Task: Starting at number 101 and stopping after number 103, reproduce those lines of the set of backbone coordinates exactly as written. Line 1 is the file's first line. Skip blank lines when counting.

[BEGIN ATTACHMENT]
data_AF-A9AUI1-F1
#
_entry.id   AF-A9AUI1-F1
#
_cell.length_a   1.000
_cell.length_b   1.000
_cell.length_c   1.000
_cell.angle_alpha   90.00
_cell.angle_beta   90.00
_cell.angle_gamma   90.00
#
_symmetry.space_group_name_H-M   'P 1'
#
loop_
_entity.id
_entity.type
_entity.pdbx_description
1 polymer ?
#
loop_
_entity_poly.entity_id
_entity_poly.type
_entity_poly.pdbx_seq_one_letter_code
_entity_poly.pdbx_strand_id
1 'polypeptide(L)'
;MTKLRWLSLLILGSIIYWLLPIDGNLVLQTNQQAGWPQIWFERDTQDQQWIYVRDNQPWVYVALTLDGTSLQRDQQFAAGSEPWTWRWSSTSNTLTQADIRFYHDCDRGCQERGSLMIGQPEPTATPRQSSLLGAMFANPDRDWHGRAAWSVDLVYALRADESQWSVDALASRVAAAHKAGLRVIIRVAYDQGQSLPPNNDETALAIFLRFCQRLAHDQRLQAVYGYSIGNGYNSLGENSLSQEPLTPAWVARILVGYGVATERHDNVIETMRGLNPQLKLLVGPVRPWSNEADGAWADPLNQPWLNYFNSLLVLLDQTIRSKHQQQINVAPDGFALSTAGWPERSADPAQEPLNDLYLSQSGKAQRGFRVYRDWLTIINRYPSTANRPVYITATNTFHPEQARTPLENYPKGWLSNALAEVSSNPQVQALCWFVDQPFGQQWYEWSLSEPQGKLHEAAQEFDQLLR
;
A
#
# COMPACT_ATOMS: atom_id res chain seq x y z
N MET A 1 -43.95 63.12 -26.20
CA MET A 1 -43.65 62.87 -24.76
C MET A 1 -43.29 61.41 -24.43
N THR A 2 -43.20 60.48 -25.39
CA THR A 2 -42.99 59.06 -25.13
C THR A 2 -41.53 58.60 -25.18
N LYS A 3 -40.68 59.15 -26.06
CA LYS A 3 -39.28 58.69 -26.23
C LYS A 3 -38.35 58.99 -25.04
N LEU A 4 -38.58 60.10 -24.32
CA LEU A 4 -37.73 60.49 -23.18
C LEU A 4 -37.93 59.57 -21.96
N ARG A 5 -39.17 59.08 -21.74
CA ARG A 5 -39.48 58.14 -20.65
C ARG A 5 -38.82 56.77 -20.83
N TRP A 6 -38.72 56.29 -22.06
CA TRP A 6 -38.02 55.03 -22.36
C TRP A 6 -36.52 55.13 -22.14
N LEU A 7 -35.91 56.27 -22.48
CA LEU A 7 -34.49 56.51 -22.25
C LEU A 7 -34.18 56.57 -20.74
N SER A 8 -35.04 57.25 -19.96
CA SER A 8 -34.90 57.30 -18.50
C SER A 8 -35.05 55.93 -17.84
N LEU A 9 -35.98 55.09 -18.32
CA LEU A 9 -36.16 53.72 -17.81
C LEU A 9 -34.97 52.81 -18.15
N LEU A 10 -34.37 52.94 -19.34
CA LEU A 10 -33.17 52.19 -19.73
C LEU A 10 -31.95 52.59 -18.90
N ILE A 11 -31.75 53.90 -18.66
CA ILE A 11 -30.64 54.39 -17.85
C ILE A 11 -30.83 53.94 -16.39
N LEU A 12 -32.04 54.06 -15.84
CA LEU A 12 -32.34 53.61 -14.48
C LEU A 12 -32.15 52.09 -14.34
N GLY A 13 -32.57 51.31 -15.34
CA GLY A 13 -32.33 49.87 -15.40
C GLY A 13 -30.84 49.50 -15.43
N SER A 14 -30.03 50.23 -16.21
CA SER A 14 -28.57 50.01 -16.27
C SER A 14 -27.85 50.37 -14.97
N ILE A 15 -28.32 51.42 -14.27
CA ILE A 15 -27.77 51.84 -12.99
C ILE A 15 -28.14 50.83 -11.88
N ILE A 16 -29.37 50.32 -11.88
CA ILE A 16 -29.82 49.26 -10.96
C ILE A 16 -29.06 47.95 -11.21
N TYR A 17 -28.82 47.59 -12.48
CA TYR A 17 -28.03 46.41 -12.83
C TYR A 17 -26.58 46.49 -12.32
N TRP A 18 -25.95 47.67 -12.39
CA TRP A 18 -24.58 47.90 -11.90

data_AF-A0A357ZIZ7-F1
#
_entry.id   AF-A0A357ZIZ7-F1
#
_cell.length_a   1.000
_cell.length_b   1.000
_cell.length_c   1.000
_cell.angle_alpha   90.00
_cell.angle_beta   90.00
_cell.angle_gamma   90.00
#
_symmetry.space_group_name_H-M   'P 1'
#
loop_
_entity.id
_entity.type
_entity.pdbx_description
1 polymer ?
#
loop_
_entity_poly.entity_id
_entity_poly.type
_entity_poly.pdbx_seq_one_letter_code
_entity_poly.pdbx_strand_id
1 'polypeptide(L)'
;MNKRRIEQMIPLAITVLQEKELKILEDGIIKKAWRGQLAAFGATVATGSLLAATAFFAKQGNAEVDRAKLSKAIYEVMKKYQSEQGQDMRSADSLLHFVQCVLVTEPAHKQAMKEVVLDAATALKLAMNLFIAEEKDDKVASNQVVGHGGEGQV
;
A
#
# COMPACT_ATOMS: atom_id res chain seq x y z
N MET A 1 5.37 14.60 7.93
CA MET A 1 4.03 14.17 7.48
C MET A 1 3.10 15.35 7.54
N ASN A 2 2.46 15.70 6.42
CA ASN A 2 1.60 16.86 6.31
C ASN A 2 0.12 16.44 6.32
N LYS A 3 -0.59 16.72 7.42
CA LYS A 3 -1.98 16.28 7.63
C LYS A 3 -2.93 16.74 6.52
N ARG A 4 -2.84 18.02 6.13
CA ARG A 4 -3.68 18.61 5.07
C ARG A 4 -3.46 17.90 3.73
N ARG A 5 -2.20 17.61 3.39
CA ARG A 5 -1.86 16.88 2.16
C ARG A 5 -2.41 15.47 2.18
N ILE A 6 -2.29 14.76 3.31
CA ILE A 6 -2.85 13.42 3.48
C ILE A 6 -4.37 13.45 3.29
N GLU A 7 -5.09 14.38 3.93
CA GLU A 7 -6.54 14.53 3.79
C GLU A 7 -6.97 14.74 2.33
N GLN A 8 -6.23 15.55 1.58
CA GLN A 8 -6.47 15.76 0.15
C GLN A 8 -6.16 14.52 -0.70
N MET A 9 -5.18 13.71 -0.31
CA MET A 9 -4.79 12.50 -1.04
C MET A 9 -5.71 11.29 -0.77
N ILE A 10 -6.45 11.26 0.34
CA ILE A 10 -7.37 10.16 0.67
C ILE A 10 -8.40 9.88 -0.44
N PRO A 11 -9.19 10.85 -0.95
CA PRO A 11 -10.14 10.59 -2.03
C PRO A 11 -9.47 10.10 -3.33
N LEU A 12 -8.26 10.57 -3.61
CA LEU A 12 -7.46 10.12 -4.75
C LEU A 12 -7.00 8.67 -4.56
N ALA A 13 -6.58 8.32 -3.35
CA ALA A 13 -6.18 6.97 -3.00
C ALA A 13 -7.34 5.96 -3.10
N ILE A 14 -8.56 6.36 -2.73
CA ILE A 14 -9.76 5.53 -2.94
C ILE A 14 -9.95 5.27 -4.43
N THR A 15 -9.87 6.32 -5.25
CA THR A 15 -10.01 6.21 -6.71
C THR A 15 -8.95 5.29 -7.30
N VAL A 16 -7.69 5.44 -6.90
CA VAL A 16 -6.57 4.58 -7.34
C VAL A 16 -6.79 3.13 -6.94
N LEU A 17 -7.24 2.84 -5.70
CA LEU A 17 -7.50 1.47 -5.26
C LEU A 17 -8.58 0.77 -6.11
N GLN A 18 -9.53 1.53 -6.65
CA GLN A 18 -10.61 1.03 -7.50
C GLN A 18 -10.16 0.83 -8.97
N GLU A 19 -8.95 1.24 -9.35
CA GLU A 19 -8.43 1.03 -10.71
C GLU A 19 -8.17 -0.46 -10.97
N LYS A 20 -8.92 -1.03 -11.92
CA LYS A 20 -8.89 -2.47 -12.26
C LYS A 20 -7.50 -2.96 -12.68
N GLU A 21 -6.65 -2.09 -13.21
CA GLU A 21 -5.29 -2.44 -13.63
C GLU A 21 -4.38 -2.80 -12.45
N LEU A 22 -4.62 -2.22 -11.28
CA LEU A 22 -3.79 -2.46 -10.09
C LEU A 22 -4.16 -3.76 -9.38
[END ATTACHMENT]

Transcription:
1 polymer ?
#
loop_